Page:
Oosten (1985) highlights that within mythology, gods and goddesses are frequently associated with assuming an identity that is often viewed as very human, sharing many of the same fears and passions, and often subjected to the same processes of birth and death. Many commentators like Wilson (1999) and Cameron (1998), theorise that Diana's phenomenal following was because, like a family melodrama seen within many of today's soap operas, this woman's life unfolded before the masses via practically all the media genres. Thus despite never meeting the princess, almost everyone across the globe felt as though they knew her, (Brunt 1999). The media coverage of Diana's life story included many, often not so glamorous events like, suicide attempts, betrayal, adultery, bulimia and an untimely death, all of which served to gain the empathy of the general public, (McGuigan 2000). Diana's self- proclaimed faults and foibles, her inadequacies, her alleged limited intelligence and so on, possibly made her an effective mirror for a million identifications, (Wilson 1999). In times of such life adversity like the mother goddess who took her energy from natural sources such as the sun and moon, Diana Princess of Wales also sought inspiration from astrologists and spiritual advisors to try to improve the quality of her life, (Gimbutas 1989; Heelas 1999). It is possibly this human touch, her public displays of affection, her willingness to speak out about her problems and her willingness to try far from conventional methods to search for her 'inner' spirituality that made her strike such a chord with so many across the globe, (Wilson 1999, Heelas 1999).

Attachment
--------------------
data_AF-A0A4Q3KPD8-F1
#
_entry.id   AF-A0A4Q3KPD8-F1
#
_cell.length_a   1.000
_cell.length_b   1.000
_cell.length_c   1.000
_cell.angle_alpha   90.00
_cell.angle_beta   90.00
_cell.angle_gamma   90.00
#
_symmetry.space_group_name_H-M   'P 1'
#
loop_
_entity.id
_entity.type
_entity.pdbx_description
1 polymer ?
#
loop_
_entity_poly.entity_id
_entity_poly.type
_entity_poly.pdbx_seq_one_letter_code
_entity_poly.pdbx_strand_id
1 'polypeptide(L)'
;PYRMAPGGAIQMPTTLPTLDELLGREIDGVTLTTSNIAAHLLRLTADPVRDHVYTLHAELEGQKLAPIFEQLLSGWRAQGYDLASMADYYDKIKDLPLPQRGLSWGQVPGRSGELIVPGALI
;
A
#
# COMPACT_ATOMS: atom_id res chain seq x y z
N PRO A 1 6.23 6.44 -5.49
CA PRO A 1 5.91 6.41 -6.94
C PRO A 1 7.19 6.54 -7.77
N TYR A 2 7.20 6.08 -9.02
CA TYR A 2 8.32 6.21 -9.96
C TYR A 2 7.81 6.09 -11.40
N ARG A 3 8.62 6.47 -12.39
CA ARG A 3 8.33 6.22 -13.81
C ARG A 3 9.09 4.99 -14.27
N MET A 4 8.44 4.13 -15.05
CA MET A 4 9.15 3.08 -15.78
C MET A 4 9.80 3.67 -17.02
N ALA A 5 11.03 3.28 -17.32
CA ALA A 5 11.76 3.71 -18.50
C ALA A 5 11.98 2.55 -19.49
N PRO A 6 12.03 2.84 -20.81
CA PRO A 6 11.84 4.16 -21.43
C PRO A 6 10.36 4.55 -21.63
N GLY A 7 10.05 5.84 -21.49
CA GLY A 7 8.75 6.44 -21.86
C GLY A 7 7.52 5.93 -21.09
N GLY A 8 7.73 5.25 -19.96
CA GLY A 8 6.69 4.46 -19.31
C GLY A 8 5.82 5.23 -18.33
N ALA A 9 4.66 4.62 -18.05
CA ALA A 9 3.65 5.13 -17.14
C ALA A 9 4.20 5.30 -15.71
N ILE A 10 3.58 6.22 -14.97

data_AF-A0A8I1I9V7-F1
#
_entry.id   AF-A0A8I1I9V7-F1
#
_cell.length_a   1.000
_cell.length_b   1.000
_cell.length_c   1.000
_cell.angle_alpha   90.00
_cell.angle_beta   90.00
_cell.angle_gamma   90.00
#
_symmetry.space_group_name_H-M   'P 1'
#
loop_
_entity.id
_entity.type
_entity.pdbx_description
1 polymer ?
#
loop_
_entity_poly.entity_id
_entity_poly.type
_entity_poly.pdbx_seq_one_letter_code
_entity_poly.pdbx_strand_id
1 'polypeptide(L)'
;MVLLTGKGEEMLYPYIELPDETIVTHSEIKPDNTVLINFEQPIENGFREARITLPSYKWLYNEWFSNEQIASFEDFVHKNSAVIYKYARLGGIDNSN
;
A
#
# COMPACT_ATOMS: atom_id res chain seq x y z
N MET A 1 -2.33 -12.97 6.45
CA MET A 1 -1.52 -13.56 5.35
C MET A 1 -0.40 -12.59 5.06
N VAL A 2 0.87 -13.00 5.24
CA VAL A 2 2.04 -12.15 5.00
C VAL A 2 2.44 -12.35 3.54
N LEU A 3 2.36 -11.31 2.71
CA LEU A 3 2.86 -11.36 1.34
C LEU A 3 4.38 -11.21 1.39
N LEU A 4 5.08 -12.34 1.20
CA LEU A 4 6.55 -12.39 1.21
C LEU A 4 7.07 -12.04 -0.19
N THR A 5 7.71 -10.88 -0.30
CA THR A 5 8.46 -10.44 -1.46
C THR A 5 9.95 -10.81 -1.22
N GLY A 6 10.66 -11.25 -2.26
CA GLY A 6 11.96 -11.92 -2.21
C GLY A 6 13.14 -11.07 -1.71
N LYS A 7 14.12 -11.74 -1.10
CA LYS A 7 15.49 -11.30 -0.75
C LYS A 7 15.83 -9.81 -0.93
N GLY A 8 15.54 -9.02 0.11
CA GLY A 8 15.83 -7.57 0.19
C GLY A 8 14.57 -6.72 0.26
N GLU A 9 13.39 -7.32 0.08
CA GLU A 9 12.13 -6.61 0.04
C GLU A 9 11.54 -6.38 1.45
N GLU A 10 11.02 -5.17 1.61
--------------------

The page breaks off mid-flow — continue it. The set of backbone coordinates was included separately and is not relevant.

Some commentators such as Cameron (1998) suggest that the multiple facets of Diana's personae, whether loved or hated, were perhaps nothing more than a media projection, a carefully manipulated image created to touch sensitive nerves and to sell newspapers. Diana, Princess of Wales, possibly offered the world a goddess to call their own, as through the mass consumption of her media image, she could be observed attempting to deliver us from the evil which threatened the planet and 'her children' alike, such as disease, poverty and the legacies of war, (Baring & Cashford 1993). Diana 'the goddess' was perhaps however, only ever a product of the very media that exploited her, (Richards, Wilson & Woodhead 1999). She was possibly a culturally produced glamorous woman who acquired celebrity status, and who like many female deities before, whether they actually existed or not, had her saintly image 'manufactured' for her, and then frozen forever through the eye of the camera lens, (Roth 1998). It may be perhaps argued however, regardless of how her status was acquired, Diana appeared to use her powers well, rea1ising that her status offered her the opportunity to do things to promote causes, rather than just open buildings and hold garden parties, (Hames & Leonard 1998). Through the coverage of her humanitarian exploits, Diana's public role as the head of a number of charities and her work with the sick, children, AIDS patients and victims of landmines possibly encapsulated or galvanised a sense of spiritual feeling that epitomised the essence of the goddess religion, (Richards, Wilson & Woodhead 1999). Paglia (1994) argues that as Diana probably became the most popular image in the world today, her story obviously tapped into certain deep and powerful strains within our culture, which turned her into a modern cult celebrity who appeared to stimulate atavistic religious emotions.